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Dry Rub Recipes for a Great Start Barbeque Start

There has always been a debate among barbeque pros whether a Dry Rub is really necessary or not. Without a doubt, I would have to say..."I don't know". It seems to be great for some meats and marginal for others. One thing is for sure, however. A dry rub does not "hurt" anything.

I tend to use them myself. You can taste the difference in the meat and if, at the end, it needs more flavor, more seasoning can be added. Needing more seasoning is rare because barbeque that is cooked right can usually stand on its own. I would even go as far to say it never needs much seasoning if done right. But unless you're a bbq pro, go ahead and use a dry rub. It may foolproof your meat.

Here are some basic dry rub recipes that I have found to work best on certain cuts of meat. Give them a try and adjust them to your taste if you like to experiment.

One trick that really brings out the flavor of the seasonings is to put all the dry ingredients from a recipe into a coffee grinder and "pulse" it a few times.

This dry rub recipe seems to work best on either a beef brisket or a beef roast.

1/2 cup Kosher salt
1/2 cup brown sugar
1/2 cup coarse ground pepper
1/4 cup paprika
1/4 cup dried garlic
2 tablespoons dried basil
2 tablespoons turmeric
1 tablespoon dried oregano
1 tablespoon dried parsley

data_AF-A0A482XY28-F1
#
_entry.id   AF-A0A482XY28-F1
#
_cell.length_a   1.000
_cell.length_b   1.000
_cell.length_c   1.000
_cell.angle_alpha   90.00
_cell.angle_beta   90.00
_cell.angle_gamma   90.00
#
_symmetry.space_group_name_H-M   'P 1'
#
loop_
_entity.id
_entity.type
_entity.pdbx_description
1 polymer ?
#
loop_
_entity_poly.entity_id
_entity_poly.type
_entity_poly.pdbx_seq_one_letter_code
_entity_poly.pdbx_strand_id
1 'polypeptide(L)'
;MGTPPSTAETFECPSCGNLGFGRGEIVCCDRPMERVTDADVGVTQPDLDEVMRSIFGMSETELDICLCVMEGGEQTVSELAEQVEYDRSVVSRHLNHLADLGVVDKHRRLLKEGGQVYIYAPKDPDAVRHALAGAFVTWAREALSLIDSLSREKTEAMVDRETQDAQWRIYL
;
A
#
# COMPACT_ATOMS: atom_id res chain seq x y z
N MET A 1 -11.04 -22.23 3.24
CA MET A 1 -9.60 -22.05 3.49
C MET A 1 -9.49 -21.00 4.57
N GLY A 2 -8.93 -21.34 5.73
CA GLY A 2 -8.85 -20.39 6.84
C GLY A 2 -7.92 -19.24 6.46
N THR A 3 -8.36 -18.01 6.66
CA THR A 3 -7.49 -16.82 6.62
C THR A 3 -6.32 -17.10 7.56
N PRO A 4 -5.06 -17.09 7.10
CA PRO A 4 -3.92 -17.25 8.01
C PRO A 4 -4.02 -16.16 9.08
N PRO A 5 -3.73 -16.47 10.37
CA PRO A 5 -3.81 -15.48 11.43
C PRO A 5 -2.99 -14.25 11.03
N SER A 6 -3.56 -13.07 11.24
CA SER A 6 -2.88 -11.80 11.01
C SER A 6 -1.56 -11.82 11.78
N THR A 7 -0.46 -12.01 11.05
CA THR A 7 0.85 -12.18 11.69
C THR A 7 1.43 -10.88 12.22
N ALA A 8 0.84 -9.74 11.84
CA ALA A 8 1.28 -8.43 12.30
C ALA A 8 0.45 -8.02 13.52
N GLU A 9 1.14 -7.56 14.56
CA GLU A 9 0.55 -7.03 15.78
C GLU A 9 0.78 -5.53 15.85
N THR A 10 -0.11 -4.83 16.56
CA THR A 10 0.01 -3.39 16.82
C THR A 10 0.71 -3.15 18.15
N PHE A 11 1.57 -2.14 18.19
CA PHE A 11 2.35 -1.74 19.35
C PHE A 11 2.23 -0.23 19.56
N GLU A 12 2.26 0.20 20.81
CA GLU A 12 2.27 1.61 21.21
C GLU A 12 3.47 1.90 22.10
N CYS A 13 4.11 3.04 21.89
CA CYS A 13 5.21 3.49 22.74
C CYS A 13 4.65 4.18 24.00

Mix all ingredients together and store in the fridge. It makes enough for 2 or 3 "well rubbed" briskets.

I like this dry rub on pork ribs, either spareribs or baby-back ribs. This will do a couple of racks of baby-back ribs.

1/4 cup brown sugar
1/4 cup Paprika
3 tablespoons kosher salt
1 teaspoon ground black pepper
1 teaspoon dry mustard
1/2 teaspoon cumin
1/2 teaspoon cayenne pepper

Combine all ingredients. Apply to meat and regrigerate for at least an hour before cooking. Save any unused portion in a zip-lock back in the refrigerator.

This recipe works well with pulled pork barbeque(bbq pork butt).

1/4 cup paprika
2 tablespoons Kosher salt
2 tablespoons brown sugar
2 tablespoons sugar
2 tablespoons ground cumin
2 tablespoons chili powder
2 tablespoons course ground black pepper
1 tablespoon cayenne pepper
Same as others. Mix together well. This one makes rub for just one butt, but you can double it if you need more.

Use this one on one whole chicken, or double for 2.

1/4 cup paprika
1/4 cup kosher salt
1/4 cup light brown sugar
2 tablespoons garlic powder
2 teaspoons course ground pepper
2 tablespoons onion powder
1 teaspoon dry mustard
1 teaspoon chili powder
2 tablespoons cumin

Rub on chicken directly or coat in a plastic storage bag. Make sure chicken is dry before putting on the rub. Put on low heat on your grill for about one hour until golden brown.

Here's an interesting one for grilled fish, Cajun Style. Rub onto catfish or any "firmer" fish.

1 tablespoon paprika
1 teaspoon cayenne pepper
1 teaspoon ground dried oregano
1 teaspoon ground dried thyme
1/2 teaspoon garlic powder
1/2 teaspoon finely ground black pepper
1/2 teaspoon finely ground white pepper

Mix well and cover catfish filets or whole fish with this rub. Cook quickly over high heat to get that delicious "blackened" effect.

All of these dry rub recipes are very flexible and adjustable. And the types of meats to use each one for are just general guidlines. Most rubs will work well for just about any meat. Experiment with them and enjoy your barbeque!

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